Hey, loved your column which I read aloud to hubby who is languishing in the hospital contemplating what it means to be well and alive. He and I are doing our best to care for each other and ourselves. Your shared experience is heart opening as well as mind opening….now, about that bikini! Nothing will mar how beautiful you look!! When I was a little girl, I went to have my appendix removed. Someone in the hospital told me that I would never be able to wear a bikini. I remember wondering what the heck are they talking about? And later I realized I was being shamed. Shamed because as a woman, I was expected to meet a standard of perfect beauty (whose standard?) or hide and cover myself. Golly! What would those people think of the tattoo culture now? Ha. Take care, my sweet. And be in touch. DCI

    • Rebecca Waring-Crane March 9, 2015 at 10:52 am #

      Dear Diane,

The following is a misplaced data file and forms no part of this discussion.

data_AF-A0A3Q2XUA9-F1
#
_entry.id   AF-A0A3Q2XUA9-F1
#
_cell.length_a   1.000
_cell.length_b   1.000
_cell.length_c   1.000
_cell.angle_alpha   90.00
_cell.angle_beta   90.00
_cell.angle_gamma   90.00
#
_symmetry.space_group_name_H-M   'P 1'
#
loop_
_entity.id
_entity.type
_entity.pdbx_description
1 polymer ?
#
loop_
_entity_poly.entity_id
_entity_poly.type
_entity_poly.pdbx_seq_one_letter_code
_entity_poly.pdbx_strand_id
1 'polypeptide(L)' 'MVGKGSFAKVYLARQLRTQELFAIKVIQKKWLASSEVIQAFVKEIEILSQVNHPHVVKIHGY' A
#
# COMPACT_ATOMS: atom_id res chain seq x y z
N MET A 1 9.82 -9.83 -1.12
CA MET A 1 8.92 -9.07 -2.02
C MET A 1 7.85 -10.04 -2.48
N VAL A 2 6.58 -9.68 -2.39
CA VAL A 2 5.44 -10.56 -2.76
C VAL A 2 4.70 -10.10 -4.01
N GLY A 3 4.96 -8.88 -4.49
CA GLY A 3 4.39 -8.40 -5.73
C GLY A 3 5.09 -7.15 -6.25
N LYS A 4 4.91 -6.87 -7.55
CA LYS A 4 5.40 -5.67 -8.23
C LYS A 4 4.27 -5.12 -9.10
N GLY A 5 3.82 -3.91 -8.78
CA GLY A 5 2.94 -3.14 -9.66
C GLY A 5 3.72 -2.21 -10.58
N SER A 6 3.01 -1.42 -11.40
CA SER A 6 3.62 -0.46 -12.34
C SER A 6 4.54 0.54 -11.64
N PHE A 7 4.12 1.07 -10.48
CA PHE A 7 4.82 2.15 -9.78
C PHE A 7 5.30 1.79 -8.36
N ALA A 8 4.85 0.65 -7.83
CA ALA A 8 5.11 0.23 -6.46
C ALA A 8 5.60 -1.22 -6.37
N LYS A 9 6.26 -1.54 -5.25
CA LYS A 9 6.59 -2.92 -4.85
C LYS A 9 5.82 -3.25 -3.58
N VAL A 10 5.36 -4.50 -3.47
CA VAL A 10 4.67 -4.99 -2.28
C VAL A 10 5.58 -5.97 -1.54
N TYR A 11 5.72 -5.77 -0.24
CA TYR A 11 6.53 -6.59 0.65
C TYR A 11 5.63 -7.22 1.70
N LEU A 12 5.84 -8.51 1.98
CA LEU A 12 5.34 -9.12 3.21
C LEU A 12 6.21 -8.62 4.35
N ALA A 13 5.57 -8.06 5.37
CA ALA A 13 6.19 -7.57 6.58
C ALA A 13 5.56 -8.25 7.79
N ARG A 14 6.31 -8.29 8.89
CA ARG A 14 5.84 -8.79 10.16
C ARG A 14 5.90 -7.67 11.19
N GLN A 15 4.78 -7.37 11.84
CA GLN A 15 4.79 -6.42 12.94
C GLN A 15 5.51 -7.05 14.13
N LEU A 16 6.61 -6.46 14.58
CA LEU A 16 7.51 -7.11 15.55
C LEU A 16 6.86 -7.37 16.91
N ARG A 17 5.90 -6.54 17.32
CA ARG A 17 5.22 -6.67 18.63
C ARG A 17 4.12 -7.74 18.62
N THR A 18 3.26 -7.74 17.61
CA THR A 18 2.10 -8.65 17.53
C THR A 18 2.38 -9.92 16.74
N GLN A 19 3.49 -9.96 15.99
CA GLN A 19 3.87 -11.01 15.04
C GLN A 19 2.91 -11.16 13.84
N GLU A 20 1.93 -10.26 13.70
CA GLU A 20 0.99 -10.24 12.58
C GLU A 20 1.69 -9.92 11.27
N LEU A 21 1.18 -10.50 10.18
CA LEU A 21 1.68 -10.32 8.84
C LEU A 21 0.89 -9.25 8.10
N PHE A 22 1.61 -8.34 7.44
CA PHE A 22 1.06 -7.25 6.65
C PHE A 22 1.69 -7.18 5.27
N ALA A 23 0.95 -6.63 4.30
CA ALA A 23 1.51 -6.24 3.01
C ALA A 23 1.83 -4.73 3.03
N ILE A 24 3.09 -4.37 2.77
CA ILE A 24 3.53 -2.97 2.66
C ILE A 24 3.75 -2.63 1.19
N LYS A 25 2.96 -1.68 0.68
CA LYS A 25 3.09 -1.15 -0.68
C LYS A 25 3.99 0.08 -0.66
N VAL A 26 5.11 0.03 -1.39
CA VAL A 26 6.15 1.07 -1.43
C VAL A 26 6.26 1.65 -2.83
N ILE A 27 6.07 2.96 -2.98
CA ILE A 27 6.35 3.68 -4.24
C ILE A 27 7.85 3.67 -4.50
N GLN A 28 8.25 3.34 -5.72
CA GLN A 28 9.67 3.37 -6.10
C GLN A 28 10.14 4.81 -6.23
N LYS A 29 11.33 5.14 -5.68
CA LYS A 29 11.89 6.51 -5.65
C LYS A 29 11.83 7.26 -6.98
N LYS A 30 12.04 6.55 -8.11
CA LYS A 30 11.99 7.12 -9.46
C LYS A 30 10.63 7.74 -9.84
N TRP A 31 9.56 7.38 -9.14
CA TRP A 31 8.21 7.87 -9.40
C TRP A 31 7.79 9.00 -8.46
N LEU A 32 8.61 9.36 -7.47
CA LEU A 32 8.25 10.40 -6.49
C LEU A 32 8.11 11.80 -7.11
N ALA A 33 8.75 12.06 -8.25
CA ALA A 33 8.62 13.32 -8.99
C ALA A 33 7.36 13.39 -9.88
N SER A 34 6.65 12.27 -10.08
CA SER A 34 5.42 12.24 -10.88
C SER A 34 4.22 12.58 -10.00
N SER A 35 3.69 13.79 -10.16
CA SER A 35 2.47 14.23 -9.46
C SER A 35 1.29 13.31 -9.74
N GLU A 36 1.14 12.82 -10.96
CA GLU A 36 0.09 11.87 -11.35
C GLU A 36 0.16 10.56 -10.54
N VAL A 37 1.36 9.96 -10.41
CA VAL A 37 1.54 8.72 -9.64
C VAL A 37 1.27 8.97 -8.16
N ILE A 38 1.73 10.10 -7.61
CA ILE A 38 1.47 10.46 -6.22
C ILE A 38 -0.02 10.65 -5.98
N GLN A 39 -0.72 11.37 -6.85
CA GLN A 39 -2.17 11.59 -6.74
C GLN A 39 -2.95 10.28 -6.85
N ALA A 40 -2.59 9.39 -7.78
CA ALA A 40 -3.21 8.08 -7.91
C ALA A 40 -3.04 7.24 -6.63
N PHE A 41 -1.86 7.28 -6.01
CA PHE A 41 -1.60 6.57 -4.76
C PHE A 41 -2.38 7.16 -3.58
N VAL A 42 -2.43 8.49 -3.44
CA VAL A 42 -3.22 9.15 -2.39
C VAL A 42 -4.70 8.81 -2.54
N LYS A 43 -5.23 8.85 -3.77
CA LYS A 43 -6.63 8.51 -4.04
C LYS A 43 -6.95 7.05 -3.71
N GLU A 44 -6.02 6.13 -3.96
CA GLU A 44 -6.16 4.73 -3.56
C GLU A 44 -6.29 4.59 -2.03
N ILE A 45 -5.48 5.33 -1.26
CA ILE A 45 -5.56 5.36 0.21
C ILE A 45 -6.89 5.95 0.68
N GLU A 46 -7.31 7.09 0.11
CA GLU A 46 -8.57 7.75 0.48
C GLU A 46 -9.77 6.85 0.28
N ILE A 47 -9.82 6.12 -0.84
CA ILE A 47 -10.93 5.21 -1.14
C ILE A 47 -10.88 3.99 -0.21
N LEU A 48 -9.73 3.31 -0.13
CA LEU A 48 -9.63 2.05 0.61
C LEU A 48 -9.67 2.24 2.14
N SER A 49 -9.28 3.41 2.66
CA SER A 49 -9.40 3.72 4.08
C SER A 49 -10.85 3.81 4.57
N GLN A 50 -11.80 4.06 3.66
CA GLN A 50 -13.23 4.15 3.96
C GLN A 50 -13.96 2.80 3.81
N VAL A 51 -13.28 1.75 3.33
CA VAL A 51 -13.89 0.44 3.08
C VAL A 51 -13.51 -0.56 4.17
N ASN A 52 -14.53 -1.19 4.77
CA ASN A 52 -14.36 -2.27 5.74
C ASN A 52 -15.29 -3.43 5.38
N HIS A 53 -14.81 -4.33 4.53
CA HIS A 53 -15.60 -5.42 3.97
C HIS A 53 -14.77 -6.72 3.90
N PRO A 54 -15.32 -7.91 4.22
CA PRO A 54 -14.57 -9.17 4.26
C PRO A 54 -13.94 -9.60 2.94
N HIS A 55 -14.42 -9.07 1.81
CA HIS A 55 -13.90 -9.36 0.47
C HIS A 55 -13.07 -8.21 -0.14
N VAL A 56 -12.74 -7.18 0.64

How kind of you to share my words and respond. Hugs to your honey in hospital. And hugs to you as you care for him.

      What it means to be well and alive — to live well — is a question that keeps me company most every day. Being Mortal, by Atul Gawande helped me examine the question in new ways. I think you might enjoy his writing and his perspective.

      About our bodies. How the heck did we get to this place? Writer Chery Strayed puts it well in her book Tiny Beautiful Things.

      “There are so many tiny revolutions in a life, a million ways we have to circle around ourselves to grow and change and be okay. And perhaps the body is our final frontier. It’s the one place we can’t leave. We’re there till it goes. Most women and some men spend their lives trying to alter it, hide it, prettify it, make it what it isn’t, or conceal it for what it is. But what if we didn’t do that?”

      What if? And that’s where I’m going with the bikini. And it sounds like that’s where you’ve landed after sorting out the shame that begins so early that it doesn’t have a name.

      In the light and in my own skin,
      Rebecca

  4. adellshay March 31, 2015 at 6:55 pm #

    Hello, Darling Rebecca! I just had the chance to read this blog, and I really get how uncomfortable it can be in the space of what is unknown. I am so grateful to have met you and to be part of your unfolding journey. Especially since you are generous enough to share it with us all so that we know it is safe to be real.